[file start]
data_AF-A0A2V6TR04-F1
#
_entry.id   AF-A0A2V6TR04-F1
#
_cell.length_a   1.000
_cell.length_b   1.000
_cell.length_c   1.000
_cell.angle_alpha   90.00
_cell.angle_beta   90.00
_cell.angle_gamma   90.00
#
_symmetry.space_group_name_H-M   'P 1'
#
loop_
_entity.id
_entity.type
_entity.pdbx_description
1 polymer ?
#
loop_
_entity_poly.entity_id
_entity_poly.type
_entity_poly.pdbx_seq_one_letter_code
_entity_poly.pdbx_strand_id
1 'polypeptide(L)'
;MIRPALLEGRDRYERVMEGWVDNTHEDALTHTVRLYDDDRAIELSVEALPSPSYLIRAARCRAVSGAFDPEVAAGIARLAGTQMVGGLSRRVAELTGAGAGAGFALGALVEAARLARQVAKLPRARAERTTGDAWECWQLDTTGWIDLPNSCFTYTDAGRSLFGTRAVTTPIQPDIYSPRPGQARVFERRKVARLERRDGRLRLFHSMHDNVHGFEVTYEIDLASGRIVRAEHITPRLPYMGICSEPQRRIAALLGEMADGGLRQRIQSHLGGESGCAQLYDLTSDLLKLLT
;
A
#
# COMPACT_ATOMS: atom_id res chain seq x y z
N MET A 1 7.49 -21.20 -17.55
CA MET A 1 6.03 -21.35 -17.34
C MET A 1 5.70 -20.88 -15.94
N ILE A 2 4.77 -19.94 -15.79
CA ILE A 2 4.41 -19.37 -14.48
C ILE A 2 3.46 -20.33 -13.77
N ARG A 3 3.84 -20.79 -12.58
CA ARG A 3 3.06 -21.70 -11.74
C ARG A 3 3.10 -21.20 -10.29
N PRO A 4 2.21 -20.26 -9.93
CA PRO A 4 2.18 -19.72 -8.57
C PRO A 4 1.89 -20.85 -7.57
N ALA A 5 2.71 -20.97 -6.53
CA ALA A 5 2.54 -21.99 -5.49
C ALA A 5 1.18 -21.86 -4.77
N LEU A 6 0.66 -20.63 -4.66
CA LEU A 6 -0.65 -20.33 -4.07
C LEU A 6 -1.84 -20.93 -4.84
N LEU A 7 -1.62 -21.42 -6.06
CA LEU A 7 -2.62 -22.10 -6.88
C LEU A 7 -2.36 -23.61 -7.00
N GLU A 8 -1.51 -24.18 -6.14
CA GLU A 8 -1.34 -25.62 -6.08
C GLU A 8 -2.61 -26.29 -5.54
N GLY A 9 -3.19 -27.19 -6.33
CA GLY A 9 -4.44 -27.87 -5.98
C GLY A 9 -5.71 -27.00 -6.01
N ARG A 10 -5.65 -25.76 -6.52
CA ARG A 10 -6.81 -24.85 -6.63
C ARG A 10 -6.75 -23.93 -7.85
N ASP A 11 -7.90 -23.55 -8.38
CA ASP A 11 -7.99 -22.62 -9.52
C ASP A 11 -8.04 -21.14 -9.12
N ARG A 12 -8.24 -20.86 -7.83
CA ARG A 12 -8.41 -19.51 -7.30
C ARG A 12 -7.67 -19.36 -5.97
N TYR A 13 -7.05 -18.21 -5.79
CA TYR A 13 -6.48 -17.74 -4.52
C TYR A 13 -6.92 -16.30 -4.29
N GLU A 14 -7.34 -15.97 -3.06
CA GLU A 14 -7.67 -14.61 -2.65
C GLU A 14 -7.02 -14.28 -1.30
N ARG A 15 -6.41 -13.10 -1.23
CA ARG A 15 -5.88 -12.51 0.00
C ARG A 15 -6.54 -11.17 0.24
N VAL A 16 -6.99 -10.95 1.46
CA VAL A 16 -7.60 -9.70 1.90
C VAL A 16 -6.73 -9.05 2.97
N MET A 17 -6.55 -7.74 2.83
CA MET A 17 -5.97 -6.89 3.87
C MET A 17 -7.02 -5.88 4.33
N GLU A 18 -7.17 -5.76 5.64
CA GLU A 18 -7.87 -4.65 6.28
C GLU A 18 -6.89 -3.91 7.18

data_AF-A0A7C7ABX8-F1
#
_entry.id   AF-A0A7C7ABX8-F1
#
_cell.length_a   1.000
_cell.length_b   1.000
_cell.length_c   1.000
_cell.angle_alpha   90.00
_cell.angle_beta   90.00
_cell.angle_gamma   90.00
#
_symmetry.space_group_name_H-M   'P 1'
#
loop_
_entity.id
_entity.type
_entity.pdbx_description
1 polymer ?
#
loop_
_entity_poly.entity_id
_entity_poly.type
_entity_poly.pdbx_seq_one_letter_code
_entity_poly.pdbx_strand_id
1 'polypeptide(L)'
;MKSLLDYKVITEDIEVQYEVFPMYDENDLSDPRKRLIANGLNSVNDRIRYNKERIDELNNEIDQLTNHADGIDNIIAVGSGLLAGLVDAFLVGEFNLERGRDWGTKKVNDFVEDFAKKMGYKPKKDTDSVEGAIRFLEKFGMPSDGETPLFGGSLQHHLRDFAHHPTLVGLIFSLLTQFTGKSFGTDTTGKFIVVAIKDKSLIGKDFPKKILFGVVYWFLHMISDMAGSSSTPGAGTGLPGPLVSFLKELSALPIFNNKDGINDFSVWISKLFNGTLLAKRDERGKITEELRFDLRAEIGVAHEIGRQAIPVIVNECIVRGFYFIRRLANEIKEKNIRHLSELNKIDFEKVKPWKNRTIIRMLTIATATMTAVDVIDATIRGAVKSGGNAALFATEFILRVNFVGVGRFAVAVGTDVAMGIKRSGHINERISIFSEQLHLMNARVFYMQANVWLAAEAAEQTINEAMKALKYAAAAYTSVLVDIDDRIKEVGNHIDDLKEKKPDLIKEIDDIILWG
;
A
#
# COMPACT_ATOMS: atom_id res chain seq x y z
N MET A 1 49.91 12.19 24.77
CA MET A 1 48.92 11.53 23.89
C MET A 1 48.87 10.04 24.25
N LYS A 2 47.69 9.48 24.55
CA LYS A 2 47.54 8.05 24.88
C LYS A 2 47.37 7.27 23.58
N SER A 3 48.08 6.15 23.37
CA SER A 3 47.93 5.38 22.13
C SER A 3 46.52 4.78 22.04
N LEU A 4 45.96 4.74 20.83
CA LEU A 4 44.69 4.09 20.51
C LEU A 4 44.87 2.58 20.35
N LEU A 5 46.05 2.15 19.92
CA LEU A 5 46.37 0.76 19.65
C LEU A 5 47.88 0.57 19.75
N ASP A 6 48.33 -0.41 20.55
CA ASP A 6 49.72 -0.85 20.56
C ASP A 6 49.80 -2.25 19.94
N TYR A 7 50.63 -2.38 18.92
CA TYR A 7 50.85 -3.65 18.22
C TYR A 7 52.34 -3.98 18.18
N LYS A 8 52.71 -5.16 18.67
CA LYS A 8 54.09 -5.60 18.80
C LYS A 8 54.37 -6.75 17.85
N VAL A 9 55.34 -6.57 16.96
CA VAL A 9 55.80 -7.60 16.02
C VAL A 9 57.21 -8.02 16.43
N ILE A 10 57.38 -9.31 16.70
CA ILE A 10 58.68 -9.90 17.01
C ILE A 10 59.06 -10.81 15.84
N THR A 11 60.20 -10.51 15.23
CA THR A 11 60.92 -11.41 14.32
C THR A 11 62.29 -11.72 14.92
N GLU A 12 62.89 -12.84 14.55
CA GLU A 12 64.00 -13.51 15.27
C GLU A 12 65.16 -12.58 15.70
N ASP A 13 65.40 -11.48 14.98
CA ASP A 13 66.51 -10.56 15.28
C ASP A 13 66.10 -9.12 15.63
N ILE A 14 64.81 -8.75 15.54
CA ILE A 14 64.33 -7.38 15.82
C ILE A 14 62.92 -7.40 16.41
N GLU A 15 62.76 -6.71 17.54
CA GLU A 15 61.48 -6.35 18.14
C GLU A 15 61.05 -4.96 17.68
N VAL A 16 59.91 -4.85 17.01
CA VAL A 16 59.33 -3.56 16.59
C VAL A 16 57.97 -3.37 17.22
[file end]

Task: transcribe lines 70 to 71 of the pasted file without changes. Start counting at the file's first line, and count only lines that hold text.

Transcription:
N GLU A 14 -7.34 -15.97 -3.06
CA GLU A 14 -7.67 -14.61 -2.65